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From: The Rheumatologist, March 2012

New Patient vs. Established Patient

by Melesia Tillman, CPC-I, CRHC, CHA

Office visits are considered evaluation and management codes (E/M) in the Current Procedural Terminology (CPT) manual and are a fundamental part of a rheumatologist’s day. There are two types of office visits: new patient and established patient.

There are specific guidelines on the how to determine whether a patient is considered new or established. CPT states, “a new patient is one who has not received any professional services from the physician or another physician of the same specialty who belongs to the same group practice, within the past three years.” The manual defines an established patient as “one who has received professional services from the physician or another physician of the same specialty who belongs to the same group practice, within the past three years.” Below are examples of new and established patients:

  • A patient was seen by Dr. Green while he was at another practice. At her next appointment, the patient sees Dr. Green’s associate in Dr. Green’s new practice. Even though the patient has never seen the associate—who is a part of the same specialty—at the new office, the patient would be considered established to the practice.
  • Dr. Brown joins a new practice and treats a patient who was previously seen by another physician in the practice. When Dr. Brown sees the patient for the first time, the patient would be considered an established patient.
  • Dr. Gold joins a multispecialty group and sees a patient that has been seen by another physician of a different specialty. The patient would be considered a new patient to Dr. Gold.
  • Dr. White sees a patient who has not seen anyone in her practice in the last three years; this visit is considered a new patient visit.

Elements of an E/M Visit

An E/M visit consists of seven components:

  • History;
  • Examination;
  • Medical decision making;
  • Counseling;
  • Coordination of care;
  • Nature of presenting problem; and
  • Time.

The first three components are considered the key components when determining the level of an E/M visit—except in the case where time is used—for both an established and new patient visit. The question is, How does the history, examination, and medical decision making determine the level of the visit?

When determining a new patient visit level, all three of these components are required. When figuring out the level for an established patient visit, only two of the three components are needed to determine the level of the visit. Keep in mind that reimbursement is based on medical necessity; therefore, documentation of medical necessity should support the level of the visit.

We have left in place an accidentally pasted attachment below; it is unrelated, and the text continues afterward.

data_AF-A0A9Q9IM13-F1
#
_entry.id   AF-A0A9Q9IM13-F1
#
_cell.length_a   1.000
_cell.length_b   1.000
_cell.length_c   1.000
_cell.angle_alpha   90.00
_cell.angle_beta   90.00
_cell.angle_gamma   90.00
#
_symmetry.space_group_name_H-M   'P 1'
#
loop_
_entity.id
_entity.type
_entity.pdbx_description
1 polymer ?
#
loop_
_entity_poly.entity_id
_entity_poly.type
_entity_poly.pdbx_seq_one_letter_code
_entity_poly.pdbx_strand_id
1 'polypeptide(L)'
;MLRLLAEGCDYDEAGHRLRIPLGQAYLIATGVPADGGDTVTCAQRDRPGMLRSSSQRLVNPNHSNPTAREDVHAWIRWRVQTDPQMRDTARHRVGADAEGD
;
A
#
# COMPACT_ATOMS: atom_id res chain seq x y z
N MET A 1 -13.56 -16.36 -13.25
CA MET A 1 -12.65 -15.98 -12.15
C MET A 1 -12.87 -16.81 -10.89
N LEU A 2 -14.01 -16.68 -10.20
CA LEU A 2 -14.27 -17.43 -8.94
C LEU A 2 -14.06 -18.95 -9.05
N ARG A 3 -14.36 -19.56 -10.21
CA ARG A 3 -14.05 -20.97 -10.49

Examples

The rheumatologist sees a new patient. He takes a comprehensive history and conducts a comprehensive examination; the medical decision making was of moderate complexity. This would be considered a level-four visit because the medical decision making was of moderate complexity; this brought the visit down from a level five.

99204—Office or other outpatient visit for the E/M of a new patient, which requires these three key components:

  • A comprehensive history;
  • A comprehensive examination; and
  • Medical decision making of moderate complexity.

99205—Office or other outpatient visit for the evaluation and management of a new patient, which requires these three key components:

  • A comprehensive history;
  • A comprehensive examination; and
  • Medical decision making of moderate complexity.

The rheumatologist sees a patient for a follow-up to a visit six weeks ago. She takes a detailed history, conducts an expanded problem-focused examination, and the medical decision making was of moderate complexity. Because only two of the three key components are needed, the examination is not considered when determining the level of the visit. This established patient visit would be a level four.

99213—Office or other outpatient visit for the evaluation and management of an established patient, which requires at least two of these three key components:

  • An expanded problem focused history;
  • An expanded problem-focused examination; and
  • Medical decision making of moderate complexity.

99214— Office or other outpatient visit for the evaluation and management of an established patient, which requires at least two of these three key components:

  • A detailed history;
  • A detailed examination; and
  • Medical decision making of moderate complexity.

The key to compliance is coding all charges correctly. Understanding the guidelines for coding a new patient versus an established patient will cut down on incorrect billing and reduce your denials and appeals. For an in-depth look at time in determining the level of E/M visit, check out “The Dos and Don’ts of Verifying Insurance Benefits” on page 15 of the January 2012 issue of The Rheumatologist.

If you have any questions concerning coding and billing documentation, contact Melesia Tillman, CPC-I, CRCH, CHA, at (404) 633-3777 ext. 820, or mtillman@rheumatology.org.

 


Melesia Tillman, CPC-I, CRHC, CHA, is the coding specialist for the ACR.

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